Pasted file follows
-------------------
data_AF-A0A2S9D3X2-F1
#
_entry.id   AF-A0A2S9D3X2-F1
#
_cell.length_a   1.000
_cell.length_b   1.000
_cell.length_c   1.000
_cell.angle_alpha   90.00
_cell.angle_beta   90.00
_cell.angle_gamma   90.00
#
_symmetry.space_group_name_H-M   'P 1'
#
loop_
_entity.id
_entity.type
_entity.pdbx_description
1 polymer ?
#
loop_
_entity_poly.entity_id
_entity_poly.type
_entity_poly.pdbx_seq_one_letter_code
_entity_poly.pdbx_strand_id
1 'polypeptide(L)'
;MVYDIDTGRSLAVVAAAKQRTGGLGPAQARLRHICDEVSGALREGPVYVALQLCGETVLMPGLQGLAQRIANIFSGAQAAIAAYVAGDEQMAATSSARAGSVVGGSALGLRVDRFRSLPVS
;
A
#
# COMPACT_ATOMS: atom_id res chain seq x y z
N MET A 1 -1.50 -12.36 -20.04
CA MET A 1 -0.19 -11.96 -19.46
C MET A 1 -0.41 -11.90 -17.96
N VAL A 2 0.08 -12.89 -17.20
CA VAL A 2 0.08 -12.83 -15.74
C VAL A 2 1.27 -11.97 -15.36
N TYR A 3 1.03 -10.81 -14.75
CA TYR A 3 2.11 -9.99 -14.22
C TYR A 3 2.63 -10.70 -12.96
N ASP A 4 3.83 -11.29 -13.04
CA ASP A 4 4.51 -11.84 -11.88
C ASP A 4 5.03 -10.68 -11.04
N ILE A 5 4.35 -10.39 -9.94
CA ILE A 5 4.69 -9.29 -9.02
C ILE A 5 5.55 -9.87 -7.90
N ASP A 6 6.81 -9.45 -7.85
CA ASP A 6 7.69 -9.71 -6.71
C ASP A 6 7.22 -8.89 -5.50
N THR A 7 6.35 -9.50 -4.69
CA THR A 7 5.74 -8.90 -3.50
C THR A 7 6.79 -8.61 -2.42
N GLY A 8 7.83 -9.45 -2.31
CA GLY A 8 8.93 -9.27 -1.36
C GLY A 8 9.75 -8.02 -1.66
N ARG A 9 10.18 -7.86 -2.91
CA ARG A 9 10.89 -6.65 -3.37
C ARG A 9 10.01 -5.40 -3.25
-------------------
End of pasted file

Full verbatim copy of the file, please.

data_AF-A0A2S9D3X2-F1
#
_entry.id   AF-A0A2S9D3X2-F1
#
_cell.length_a   1.000
_cell.length_b   1.000
_cell.length_c   1.000
_cell.angle_alpha   90.00
_cell.angle_beta   90.00
_cell.angle_gamma   90.00
#
_symmetry.space_group_name_H-M   'P 1'
#
loop_
_entity.id
_entity.type
_entity.pdbx_description
1 polymer ?
#
loop_
_entity_poly.entity_id
_entity_poly.type
_entity_poly.pdbx_seq_one_letter_code
_entity_poly.pdbx_strand_id
1 'polypeptide(L)'
;MVYDIDTGRSLAVVAAAKQRTGGLGPAQARLRHICDEVSGALREGPVYVALQLCGETVLMPGLQGLAQRIANIFSGAQAAIAAYVAGDEQMAATSSARAGSVVGGSALGLRVDRFRSLPVS
;
A
#
# COMPACT_ATOMS: atom_id res chain seq x y z
N MET A 1 -1.50 -12.36 -20.04
CA MET A 1 -0.19 -11.96 -19.46
C MET A 1 -0.41 -11.90 -17.96
N VAL A 2 0.08 -12.89 -17.20
CA VAL A 2 0.08 -12.83 -15.74
C VAL A 2 1.27 -11.97 -15.36
N TYR A 3 1.03 -10.81 -14.75
CA TYR A 3 2.11 -9.99 -14.22
C TYR A 3 2.63 -10.70 -12.96
N ASP A 4 3.83 -11.29 -13.04
CA ASP A 4 4.51 -11.84 -11.88
C ASP A 4 5.03 -10.68 -11.04
N ILE A 5 4.35 -10.39 -9.94
CA ILE A 5 4.69 -9.29 -9.02
C ILE A 5 5.55 -9.87 -7.90
N ASP A 6 6.81 -9.45 -7.85
CA ASP A 6 7.69 -9.71 -6.71
C ASP A 6 7.22 -8.89 -5.50
N THR A 7 6.35 -9.50 -4.69
CA THR A 7 5.74 -8.90 -3.50
C THR A 7 6.79 -8.61 -2.42
N GLY A 8 7.83 -9.45 -2.31
CA GLY A 8 8.93 -9.27 -1.36
C GLY A 8 9.75 -8.02 -1.66
N ARG A 9 10.18 -7.86 -2.91
CA ARG A 9 10.89 -6.65 -3.37
C ARG A 9 10.01 -5.40 -3.25